One courier in Seoul, Kim Dong-hee, returned house at 2 a.m. on Oct. 7. Later that day, he returned to the warehouse to choose up 420 packages. He nonetheless had many deliveries to make when he texted a colleague at 4:28 a.m. the subsequent day. He stated he can be house by 5 a.m. however would barely have time to eat and wash up earlier than heading out once more.
“I’m simply too drained,” he wrote.
4 days later, he didn’t present up for work. When colleagues checked his house, they discovered him useless; the police dominated that coronary heart failure was the trigger. Colleagues say he was killed by overwork. He was 36.
The day Mr. Kim despatched his message, one other man in Seoul, Kim Gained-jong, collapsed on his supply route, complaining of chest ache and issue respiration earlier than he died.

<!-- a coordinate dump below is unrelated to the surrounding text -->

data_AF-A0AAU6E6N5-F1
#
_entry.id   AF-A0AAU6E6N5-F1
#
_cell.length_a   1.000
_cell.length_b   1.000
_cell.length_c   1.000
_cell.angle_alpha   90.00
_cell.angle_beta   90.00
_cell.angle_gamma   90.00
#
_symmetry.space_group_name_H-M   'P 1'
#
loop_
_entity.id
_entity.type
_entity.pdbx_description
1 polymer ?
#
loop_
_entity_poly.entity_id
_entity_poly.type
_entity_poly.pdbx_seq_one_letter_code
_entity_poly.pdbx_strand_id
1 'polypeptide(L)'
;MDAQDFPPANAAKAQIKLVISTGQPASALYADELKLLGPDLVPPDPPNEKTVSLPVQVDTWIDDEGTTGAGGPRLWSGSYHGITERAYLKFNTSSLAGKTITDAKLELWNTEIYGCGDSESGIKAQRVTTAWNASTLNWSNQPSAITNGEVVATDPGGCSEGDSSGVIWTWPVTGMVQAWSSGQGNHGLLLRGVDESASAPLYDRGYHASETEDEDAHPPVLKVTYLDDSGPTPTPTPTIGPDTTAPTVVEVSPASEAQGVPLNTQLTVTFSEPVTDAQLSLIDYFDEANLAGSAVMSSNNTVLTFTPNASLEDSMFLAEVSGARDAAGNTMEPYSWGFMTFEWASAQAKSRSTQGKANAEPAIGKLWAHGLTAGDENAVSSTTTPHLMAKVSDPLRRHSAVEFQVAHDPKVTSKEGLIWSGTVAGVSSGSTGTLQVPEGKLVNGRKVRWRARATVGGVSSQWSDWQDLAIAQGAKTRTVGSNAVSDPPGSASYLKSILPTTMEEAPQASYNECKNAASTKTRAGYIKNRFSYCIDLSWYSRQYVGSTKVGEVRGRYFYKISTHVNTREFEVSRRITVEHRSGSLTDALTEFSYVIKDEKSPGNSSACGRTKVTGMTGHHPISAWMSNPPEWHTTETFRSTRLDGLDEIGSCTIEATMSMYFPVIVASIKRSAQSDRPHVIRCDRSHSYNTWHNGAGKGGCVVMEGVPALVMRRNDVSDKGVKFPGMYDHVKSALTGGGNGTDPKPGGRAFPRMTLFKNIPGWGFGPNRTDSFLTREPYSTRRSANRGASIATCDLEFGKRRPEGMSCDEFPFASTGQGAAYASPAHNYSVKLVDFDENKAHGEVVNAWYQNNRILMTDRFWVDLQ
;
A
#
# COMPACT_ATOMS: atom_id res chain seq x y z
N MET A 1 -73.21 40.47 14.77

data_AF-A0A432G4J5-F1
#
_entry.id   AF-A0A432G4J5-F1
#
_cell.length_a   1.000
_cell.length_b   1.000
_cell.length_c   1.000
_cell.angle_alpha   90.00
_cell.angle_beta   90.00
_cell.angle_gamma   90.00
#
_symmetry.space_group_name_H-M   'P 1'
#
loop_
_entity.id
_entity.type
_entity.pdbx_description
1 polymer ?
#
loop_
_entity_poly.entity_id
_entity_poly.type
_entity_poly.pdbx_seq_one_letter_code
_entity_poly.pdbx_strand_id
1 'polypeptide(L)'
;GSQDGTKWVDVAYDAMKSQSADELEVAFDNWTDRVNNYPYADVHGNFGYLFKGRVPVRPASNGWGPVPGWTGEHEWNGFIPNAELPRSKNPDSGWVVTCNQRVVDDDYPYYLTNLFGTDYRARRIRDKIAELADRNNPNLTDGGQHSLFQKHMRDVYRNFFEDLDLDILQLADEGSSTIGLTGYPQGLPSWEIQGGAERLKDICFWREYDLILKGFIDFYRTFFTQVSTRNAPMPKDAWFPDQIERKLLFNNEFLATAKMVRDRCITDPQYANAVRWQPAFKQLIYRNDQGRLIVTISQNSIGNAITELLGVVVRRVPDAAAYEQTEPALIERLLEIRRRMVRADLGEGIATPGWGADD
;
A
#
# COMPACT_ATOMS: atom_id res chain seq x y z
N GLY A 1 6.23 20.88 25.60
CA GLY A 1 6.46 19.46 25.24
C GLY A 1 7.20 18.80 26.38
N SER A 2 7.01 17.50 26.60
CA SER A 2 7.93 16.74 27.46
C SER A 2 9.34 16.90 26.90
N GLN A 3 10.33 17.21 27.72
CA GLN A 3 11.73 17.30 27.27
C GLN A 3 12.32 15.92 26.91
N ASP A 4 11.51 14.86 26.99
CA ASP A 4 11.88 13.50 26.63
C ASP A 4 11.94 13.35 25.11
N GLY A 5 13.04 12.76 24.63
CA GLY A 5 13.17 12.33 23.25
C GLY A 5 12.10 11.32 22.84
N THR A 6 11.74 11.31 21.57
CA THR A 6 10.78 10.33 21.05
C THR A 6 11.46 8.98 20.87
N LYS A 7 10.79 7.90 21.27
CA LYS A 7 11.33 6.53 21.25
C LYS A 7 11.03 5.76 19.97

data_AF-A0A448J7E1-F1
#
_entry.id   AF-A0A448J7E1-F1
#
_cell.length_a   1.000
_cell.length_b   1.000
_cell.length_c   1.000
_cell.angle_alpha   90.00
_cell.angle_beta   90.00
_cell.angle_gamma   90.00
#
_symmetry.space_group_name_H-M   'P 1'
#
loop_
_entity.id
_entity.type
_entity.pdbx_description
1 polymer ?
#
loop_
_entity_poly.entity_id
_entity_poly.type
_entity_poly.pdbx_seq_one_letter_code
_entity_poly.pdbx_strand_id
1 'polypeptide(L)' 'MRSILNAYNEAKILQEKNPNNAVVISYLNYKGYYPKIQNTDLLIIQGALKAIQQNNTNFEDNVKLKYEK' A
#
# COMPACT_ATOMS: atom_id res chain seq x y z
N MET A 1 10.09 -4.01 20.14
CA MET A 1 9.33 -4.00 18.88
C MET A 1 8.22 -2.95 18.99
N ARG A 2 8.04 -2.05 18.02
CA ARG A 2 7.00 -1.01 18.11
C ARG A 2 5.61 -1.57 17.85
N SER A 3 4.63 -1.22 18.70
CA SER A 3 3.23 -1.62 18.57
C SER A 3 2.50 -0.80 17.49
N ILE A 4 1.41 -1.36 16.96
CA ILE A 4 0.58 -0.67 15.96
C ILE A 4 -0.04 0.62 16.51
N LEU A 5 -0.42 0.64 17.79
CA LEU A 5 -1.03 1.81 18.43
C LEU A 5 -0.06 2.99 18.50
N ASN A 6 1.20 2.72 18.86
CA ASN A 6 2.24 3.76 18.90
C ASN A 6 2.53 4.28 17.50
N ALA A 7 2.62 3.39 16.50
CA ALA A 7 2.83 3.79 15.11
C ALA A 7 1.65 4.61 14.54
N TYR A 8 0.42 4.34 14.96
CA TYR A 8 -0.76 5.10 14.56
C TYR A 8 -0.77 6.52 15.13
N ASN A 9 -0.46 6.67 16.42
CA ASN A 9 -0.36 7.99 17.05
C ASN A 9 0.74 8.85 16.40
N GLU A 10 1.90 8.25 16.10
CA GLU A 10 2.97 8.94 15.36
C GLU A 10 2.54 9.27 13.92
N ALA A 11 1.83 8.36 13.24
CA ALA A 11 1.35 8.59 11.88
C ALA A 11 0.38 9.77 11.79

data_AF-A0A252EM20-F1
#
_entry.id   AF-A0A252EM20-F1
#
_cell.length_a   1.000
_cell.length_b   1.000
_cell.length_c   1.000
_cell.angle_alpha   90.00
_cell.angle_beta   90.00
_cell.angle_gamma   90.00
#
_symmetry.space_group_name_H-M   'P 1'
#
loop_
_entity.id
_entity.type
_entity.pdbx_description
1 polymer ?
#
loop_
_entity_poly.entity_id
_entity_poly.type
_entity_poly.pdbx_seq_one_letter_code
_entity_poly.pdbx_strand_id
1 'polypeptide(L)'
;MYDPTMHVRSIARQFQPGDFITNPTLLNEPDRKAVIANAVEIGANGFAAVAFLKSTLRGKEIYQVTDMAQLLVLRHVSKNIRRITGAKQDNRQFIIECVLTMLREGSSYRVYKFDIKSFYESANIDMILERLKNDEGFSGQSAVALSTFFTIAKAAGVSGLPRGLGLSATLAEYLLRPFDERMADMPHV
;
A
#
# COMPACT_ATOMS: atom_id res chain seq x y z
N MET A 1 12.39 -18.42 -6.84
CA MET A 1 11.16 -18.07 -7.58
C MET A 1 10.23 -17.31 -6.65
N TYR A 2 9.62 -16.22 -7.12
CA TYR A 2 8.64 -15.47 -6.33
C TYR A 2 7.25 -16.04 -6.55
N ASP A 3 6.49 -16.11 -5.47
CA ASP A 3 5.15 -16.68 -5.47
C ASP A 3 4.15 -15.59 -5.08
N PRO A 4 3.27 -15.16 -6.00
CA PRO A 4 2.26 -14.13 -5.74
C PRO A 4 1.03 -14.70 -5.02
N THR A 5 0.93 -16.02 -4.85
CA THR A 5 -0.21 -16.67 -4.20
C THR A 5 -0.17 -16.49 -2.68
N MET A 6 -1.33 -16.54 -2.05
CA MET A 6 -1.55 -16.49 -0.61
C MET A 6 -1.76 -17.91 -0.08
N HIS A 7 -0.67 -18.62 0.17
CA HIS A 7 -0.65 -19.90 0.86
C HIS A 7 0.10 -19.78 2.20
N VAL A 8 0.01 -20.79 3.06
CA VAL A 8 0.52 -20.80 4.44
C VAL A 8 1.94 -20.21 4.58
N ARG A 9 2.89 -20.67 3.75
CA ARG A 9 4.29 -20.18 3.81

“I bear in mind how drained he seemed late within the night, his shoulders slumped and his cap pulled low, as if he had been semiconscious,” a buyer who knew Mr. Kim wrote on-line after his dying made information.
It has change into widespread to see weary couriers weaving by condo compounds at the hours of darkness, delivering fruit, bottled water, Christmas decorations and different gadgets many patrons now desire to have delivered. Some residents who worry an infection have refused to share elevators with supply staff, forcing them to haul packages up stairs.
The pandemic has introduced income to couriers and logistics firms like CJ Logistics, Hanjin Transport and Lotte. However categorized as self-employed, many of the nation’s estimated 54,000 “taekbae gisa,” or home-delivery drivers, don’t profit from the labor legal guidelines that defend full-time company staff. Advantages akin to time beyond regulation, paid trip and insurance coverage in opposition to on-the-job accidents are largely unavailable.